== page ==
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State v. Heisler

Decided: January 9, 1984.

STATE OF NEW JERSEY, PLAINTIFF-RESPONDENT,
v.
RICHARD HEISLER, DEFENDANT-APPELLANT



On Appeal from the Superior Court of New Jersey, Law Division, Bergen County.

Matthews, J. H. Coleman and Gaulkin. The opinion of the court was delivered by Coleman, J.h., J.A.D.

Coleman

The question raised on this appeal is whether a nonmandatory sentence which is imposed upon resentencing to correct an illegal sentence and which substantially exceeds the original sentence, violates due process of law under the Fifth and Fourteenth Amendments and N.J. Const. (1947), Art. I, par. 1. We hold that under the facts of this case, the answer is in the affirmative.

The essential facts are not disputed. Defendant entered a guilty plea to one count of second degree kidnapping in violation of N.J.S.A. 2C:13-1 a. Pursuant to a plea agreement, he was sentenced as if the kidnapping was a third degree crime. See N.J.S.A. 2C:44-1 f(2). He was sentenced to five years probation on the condition that he serve 364 days in the Bergen County Jail. He was also required to contribute 500 hours of community service after release. A fine of $1,000 was imposed. After a motion for reconsideration of the sentence was denied, defendant appealed to the Appellate Division and sought an emergent stay of the sentence. On that appeal, the State conceded that the condition of the probationary sentence requiring 364 days incarceration was illegal in that it exceeded the 180-days maximum permitted by N.J.S.A. 2C:43-2 b(2) and N.J.S.A. 2C:45-1

c*fn1 which were in effect at the time of the offense. We vacated the sentence and remanded to the Law Division for resentencing. On remand, the Law Division imposed an indeterminate sentence not to exceed five years to the Youth Reception and Correction Center at Yardville. The $1,000 fine was reimposed. Defendant again appeals contending that "the resentence in this case violated defendant's constitutional rights of due process," and that "the resentence in this case violated the constitutional prohibition against double jeopardy."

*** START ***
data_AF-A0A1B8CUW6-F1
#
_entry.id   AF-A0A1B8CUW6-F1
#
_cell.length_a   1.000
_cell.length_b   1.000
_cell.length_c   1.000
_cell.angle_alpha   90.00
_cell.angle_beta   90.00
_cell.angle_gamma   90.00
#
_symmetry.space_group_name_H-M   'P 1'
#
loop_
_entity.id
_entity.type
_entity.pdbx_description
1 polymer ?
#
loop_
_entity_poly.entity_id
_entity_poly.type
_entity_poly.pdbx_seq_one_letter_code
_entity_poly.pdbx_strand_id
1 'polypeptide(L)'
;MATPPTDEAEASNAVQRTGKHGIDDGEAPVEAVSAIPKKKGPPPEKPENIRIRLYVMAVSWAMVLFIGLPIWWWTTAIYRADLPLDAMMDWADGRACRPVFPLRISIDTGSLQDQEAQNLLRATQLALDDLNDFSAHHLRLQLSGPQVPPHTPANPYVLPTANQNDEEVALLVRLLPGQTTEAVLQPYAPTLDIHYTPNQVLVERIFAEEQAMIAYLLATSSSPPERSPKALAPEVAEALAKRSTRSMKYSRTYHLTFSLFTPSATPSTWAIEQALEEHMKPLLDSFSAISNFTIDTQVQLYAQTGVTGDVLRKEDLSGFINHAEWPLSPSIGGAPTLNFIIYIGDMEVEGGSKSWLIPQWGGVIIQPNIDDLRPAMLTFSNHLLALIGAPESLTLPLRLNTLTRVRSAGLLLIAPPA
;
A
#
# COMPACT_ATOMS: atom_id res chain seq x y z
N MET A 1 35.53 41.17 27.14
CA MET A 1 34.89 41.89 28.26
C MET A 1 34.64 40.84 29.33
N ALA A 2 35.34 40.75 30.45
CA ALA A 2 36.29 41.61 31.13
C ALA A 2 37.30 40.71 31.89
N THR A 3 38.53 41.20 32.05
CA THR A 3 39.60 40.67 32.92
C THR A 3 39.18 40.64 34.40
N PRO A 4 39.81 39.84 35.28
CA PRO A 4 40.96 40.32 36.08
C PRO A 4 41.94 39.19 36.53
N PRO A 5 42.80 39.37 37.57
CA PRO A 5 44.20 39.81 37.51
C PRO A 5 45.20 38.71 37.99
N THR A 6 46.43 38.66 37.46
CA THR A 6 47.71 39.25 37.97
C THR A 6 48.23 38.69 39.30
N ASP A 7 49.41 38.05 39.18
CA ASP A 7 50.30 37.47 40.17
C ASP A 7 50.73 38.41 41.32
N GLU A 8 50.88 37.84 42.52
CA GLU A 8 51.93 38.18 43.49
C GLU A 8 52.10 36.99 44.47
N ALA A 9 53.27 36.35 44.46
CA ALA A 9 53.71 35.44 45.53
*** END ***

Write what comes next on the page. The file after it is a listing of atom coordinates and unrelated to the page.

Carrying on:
A sentencing judge is required to consider parole release when imposing sentence. N.J.S.A. 2C:44-1 c(2) provides:

When imposing a sentence of imprisonment the court shall consider the defendant's eligibility for release under the law governing parole, including time credits awarded pursuant to Title 30 of the Revised Statutes, in determining the appropriate term of imprisonment.

The judge recognized this obligation at resentencing and undertook to compare parole on his original 364-day term, on a 180-day term and on a 5-year indeterminate sentence at Yardville. In this connection, he observed:

I do not believe . . . that he should be out in 60 days which is what a 180-day sentence in County Jail means and therefore I have taken the only intermediate course available to me which is a Yardville sentence which I believe will run up to about six or seven months, which may be a few more months than he would have had had he served the 364 days because the parole would give him one-third, he would be out in four months.

This analysis was in error.

A probationary sentence requiring a defendant to serve a term of imprisonment as a condition of probation (N.J.S.A. 2C:43-2 b(2) and N.J.S.A. 2C:45-1 c.) is subject to the provisions of N.J.S.A. 30:4-123.51. The amendments to subsections a. and g., effective July 16, 1982, are controlling. They provide:

a. Each adult inmate sentenced to a term of incarceration in a county penal institution, or to a specific term of years at the State Prison or the correctional institution for women shall become primarily eligible for parole after having served any ...


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